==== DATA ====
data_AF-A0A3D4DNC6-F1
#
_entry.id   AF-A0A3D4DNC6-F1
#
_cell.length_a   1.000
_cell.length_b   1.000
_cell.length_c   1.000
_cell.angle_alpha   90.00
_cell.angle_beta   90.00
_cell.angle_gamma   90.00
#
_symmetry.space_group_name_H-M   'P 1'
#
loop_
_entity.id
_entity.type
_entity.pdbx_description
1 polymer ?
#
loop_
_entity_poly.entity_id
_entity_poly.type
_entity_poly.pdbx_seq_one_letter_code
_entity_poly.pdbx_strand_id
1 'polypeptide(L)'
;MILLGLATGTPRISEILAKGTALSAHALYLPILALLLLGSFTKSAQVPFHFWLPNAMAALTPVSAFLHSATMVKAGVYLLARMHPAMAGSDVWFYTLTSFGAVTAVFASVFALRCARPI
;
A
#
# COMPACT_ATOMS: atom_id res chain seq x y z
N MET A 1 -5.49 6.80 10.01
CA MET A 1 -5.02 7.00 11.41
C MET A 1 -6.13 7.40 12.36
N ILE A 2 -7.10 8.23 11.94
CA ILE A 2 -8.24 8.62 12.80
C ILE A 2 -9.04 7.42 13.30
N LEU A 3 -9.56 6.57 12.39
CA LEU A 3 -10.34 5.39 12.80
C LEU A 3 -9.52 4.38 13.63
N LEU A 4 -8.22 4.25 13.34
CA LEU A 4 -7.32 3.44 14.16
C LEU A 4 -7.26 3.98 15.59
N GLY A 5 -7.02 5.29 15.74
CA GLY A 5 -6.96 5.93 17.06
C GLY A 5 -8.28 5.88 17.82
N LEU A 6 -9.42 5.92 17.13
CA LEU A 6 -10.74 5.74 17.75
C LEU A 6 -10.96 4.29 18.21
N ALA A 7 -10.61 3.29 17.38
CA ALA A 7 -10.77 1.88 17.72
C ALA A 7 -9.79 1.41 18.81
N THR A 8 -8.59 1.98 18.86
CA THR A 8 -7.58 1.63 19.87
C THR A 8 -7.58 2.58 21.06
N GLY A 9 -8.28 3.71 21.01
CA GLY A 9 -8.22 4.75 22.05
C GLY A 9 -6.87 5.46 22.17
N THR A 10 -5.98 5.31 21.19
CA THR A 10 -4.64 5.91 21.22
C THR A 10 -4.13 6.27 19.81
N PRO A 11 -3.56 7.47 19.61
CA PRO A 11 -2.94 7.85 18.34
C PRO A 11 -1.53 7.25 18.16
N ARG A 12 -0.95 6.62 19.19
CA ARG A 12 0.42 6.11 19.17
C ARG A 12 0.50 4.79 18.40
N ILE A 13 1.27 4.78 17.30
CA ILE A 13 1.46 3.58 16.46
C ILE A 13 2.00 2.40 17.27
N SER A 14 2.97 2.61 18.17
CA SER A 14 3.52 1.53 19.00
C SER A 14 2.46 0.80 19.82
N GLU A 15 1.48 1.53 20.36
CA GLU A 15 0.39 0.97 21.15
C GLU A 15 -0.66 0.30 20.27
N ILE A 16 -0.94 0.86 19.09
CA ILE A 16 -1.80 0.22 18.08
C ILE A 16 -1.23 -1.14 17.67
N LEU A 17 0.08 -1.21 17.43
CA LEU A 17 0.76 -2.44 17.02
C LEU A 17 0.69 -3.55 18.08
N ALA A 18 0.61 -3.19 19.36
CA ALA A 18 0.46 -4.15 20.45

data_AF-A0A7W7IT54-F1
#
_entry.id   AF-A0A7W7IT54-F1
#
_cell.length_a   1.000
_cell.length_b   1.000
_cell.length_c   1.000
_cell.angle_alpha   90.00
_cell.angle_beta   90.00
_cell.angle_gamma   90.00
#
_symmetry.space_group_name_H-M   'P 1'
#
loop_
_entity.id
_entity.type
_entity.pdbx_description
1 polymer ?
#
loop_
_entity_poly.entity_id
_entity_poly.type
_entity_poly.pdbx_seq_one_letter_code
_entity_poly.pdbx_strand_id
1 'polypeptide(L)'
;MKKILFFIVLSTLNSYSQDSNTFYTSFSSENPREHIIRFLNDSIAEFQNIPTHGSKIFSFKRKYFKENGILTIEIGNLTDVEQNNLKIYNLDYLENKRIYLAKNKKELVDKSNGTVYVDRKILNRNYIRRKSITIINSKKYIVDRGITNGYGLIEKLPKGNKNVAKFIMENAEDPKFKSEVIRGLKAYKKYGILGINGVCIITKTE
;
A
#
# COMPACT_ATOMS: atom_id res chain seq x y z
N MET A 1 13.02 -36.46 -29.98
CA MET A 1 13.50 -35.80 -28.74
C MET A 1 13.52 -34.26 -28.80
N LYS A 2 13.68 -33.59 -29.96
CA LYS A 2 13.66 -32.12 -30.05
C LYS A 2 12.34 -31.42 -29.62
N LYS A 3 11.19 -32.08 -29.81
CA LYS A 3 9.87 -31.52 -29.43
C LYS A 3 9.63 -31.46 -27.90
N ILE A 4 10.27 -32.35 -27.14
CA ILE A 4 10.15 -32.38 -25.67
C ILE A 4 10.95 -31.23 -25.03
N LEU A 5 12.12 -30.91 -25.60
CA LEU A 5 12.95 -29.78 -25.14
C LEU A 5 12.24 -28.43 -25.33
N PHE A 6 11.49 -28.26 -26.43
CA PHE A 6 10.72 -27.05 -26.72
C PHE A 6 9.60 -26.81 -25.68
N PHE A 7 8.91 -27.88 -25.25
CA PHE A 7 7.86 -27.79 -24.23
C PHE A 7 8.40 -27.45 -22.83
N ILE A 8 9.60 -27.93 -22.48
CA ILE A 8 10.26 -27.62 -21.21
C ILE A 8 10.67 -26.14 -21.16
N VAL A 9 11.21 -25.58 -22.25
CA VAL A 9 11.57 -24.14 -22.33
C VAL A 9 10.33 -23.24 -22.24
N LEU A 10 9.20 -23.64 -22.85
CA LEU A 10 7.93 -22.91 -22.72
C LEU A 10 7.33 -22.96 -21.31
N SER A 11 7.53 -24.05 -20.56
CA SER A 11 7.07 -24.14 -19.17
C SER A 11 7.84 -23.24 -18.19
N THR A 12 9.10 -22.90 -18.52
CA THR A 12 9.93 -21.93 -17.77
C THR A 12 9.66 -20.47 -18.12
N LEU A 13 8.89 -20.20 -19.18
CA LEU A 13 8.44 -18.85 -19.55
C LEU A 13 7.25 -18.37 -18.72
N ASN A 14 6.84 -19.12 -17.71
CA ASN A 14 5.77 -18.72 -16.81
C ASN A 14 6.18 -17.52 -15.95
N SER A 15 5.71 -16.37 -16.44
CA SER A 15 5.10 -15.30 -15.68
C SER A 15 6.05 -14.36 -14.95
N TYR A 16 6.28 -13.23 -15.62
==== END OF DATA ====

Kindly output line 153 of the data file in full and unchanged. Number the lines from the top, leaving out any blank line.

N ASN A 14 6.84 -19.12 -17.71